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http://dx.doi.org/10.1007/978-1-4939-3673-1_1DOI Listing
December 2017

HIV proteinase inhibitors target the Ddi1-like protein of Leishmania parasites.

FASEB J 2011 May 25;25(5):1729-36. Epub 2011 Jan 25.

Cardiff School of Biosciences, Cardiff University, Cardiff, UK.

HIV proteinase inhibitors reduce the levels of Leishmania parasites in vivo and in vitro, but their biochemical target is unknown. We have identified an ortholog of the yeast Ddi1 protein as the only member of the aspartic proteinase family in Leishmania parasites, and in this study we investigate this protein as a potential target for the drugs. To date, no enzyme assay has been developed for the Ddi1 proteins, but Saccharomyces cerevisiae lacking the DDI1 gene secrete high levels of protein into the medium. We developed an assay in which these knockout yeast were functionally complemented to low secretion by introduction of genes encoding Ddi1 orthologs from Leishmania major or humans. Plasmid alone controls gave no complementation. Treatment of the Ddi1 transformants with HIV proteinase inhibitors showed differential effects dependent on the origin of the Ddi1. Dose responses allowed calculation of IC(50) values; e.g., for nelfinavir, of 3.4 μM (human Ddi1) and 0.44 μM (Leishmania Ddi1). IC(50) values with Leishmania constructs mirror the potency of inhibitors against parasites. Our results show that Ddi1 proteins are targets of HIV proteinase inhibitors and indicates the Leishmania Ddi1 as the likely target for these drugs and a potential target for antiparasitic therapy.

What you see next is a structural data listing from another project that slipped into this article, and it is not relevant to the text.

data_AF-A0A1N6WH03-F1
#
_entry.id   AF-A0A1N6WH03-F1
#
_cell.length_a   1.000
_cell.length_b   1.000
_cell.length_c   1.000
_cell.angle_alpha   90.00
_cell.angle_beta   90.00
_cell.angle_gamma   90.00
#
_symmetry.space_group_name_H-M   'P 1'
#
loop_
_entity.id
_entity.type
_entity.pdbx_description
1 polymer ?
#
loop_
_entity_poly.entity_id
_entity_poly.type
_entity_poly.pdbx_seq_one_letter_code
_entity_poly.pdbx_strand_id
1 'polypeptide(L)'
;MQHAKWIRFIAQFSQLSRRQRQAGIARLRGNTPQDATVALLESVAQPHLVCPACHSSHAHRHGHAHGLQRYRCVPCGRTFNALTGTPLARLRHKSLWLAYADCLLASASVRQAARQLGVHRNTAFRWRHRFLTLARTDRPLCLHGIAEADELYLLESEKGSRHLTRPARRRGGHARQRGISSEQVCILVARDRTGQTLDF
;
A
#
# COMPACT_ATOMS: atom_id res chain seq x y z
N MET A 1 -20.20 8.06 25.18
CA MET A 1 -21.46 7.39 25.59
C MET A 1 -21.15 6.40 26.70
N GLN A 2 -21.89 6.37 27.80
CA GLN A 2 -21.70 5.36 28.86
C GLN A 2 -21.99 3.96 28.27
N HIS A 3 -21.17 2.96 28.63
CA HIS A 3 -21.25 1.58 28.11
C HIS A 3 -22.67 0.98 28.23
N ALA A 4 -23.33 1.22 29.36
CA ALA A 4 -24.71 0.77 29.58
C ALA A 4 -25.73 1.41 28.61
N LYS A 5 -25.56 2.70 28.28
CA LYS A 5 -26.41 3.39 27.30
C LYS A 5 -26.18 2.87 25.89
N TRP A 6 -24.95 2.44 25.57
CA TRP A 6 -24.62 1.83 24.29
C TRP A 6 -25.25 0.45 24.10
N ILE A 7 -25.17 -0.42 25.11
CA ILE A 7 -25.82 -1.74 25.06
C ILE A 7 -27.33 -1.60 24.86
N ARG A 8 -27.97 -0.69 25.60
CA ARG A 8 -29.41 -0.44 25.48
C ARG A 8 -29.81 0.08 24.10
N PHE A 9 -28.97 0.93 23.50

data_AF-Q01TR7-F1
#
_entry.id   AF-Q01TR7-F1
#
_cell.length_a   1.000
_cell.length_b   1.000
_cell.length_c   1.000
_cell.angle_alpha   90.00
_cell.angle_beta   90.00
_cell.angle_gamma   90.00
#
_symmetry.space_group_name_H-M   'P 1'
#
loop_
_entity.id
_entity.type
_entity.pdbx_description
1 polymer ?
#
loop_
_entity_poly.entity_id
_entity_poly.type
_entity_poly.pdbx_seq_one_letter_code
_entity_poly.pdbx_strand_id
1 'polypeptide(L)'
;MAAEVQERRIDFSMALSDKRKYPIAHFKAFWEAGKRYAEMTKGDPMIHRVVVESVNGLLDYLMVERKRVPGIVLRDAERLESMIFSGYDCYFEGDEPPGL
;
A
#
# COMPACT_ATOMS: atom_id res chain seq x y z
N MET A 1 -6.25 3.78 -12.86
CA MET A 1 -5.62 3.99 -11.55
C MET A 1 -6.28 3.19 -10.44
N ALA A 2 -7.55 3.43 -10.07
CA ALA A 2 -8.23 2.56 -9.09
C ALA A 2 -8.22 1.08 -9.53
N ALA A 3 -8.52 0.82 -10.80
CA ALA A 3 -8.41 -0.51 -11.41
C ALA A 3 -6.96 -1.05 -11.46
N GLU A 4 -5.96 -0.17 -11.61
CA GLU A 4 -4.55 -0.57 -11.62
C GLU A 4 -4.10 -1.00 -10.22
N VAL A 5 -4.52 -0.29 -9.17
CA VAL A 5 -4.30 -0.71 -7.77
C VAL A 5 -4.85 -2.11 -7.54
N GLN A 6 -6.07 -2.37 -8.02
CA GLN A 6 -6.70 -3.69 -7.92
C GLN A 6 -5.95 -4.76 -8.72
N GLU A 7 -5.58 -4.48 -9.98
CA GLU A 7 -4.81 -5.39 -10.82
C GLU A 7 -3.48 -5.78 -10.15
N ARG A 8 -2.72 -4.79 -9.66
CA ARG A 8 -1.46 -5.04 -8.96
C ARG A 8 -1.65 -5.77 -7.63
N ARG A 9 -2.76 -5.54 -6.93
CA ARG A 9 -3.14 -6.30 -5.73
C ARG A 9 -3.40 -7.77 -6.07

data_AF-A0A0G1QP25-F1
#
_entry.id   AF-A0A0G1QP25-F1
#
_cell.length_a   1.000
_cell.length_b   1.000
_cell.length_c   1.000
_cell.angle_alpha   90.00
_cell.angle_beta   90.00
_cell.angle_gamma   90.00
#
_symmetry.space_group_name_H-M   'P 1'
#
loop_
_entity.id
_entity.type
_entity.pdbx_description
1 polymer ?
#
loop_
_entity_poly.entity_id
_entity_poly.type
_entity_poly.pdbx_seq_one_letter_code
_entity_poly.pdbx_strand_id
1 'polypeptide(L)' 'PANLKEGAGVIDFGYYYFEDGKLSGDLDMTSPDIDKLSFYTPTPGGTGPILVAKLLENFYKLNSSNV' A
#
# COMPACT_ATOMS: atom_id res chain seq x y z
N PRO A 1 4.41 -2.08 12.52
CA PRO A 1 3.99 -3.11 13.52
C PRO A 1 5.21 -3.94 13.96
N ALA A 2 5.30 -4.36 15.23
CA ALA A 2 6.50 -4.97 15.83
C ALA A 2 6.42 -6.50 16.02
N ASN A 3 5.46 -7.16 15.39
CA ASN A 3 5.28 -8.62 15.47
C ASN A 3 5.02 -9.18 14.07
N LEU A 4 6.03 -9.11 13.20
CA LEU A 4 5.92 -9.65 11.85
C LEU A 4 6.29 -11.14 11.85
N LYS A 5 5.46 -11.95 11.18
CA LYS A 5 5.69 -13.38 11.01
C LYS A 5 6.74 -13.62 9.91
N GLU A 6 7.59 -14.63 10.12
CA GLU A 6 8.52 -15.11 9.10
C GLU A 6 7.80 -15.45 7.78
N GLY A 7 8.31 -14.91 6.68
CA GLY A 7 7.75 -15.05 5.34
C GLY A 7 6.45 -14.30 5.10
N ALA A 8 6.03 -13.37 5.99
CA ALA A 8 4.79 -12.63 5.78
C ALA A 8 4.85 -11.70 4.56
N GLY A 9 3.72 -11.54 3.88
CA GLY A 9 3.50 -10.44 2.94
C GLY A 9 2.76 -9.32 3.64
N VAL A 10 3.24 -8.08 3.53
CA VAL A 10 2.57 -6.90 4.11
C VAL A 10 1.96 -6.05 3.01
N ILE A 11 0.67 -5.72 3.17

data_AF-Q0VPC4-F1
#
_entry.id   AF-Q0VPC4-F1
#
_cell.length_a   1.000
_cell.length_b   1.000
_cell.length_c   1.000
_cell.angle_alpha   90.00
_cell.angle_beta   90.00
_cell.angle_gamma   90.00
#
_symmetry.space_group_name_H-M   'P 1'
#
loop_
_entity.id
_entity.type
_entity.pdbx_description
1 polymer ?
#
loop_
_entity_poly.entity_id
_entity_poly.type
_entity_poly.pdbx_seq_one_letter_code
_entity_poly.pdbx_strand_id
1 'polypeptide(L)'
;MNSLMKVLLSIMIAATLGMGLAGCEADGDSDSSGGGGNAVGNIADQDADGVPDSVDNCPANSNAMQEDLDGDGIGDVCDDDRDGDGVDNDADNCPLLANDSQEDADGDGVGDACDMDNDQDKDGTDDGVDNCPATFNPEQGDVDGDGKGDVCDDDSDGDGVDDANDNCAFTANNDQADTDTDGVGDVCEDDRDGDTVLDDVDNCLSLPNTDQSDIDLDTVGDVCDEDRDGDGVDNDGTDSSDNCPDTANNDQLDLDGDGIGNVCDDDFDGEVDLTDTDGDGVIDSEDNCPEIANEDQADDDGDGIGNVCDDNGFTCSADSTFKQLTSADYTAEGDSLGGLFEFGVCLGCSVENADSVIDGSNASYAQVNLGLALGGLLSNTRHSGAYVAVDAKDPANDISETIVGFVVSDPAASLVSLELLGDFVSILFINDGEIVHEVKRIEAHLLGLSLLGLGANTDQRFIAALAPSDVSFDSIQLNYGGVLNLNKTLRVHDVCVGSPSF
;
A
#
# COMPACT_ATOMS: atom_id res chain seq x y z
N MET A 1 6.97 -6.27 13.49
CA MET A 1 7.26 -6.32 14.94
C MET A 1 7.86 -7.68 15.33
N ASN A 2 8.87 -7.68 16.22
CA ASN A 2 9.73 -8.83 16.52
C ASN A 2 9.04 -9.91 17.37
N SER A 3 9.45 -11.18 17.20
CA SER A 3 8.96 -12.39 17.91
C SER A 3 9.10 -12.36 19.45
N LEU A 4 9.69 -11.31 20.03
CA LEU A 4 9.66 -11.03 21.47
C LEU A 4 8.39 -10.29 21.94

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http://dx.doi.org/10.1096/fj.10-178947DOI Listing
http://www.ncbi.nlm.nih.gov/pmc/articles/PMC3739880PMC
May 2011

The retroviral proteinase active site and the N-terminus of Ddi1 are required for repression of protein secretion.

FEBS Lett 2011 Jan 19;585(1):139-42. Epub 2010 Nov 19.

Cardiff School of Biosciences, Cardiff University, Park Place, Cardiff, UK.

The Ddi1 protein of the yeast Saccharomyces cerevisiae is involved in numerous interactions with the ubiquitin system, which may be mediated by its N-terminal ubiquitin like domain and its C-terminal ubiquitin associated domain. Ddi1 also contains a central region with all the features of a retroviral aspartic proteinase, which was shown to be important in cell-cycle control. Here we demonstrate an additional role for this domain, along with the N-terminal region, in protein secretion. These results further substantiate the hypothesis that Ddi1 functions in vivo as a catalytically-active aspartic proteinase.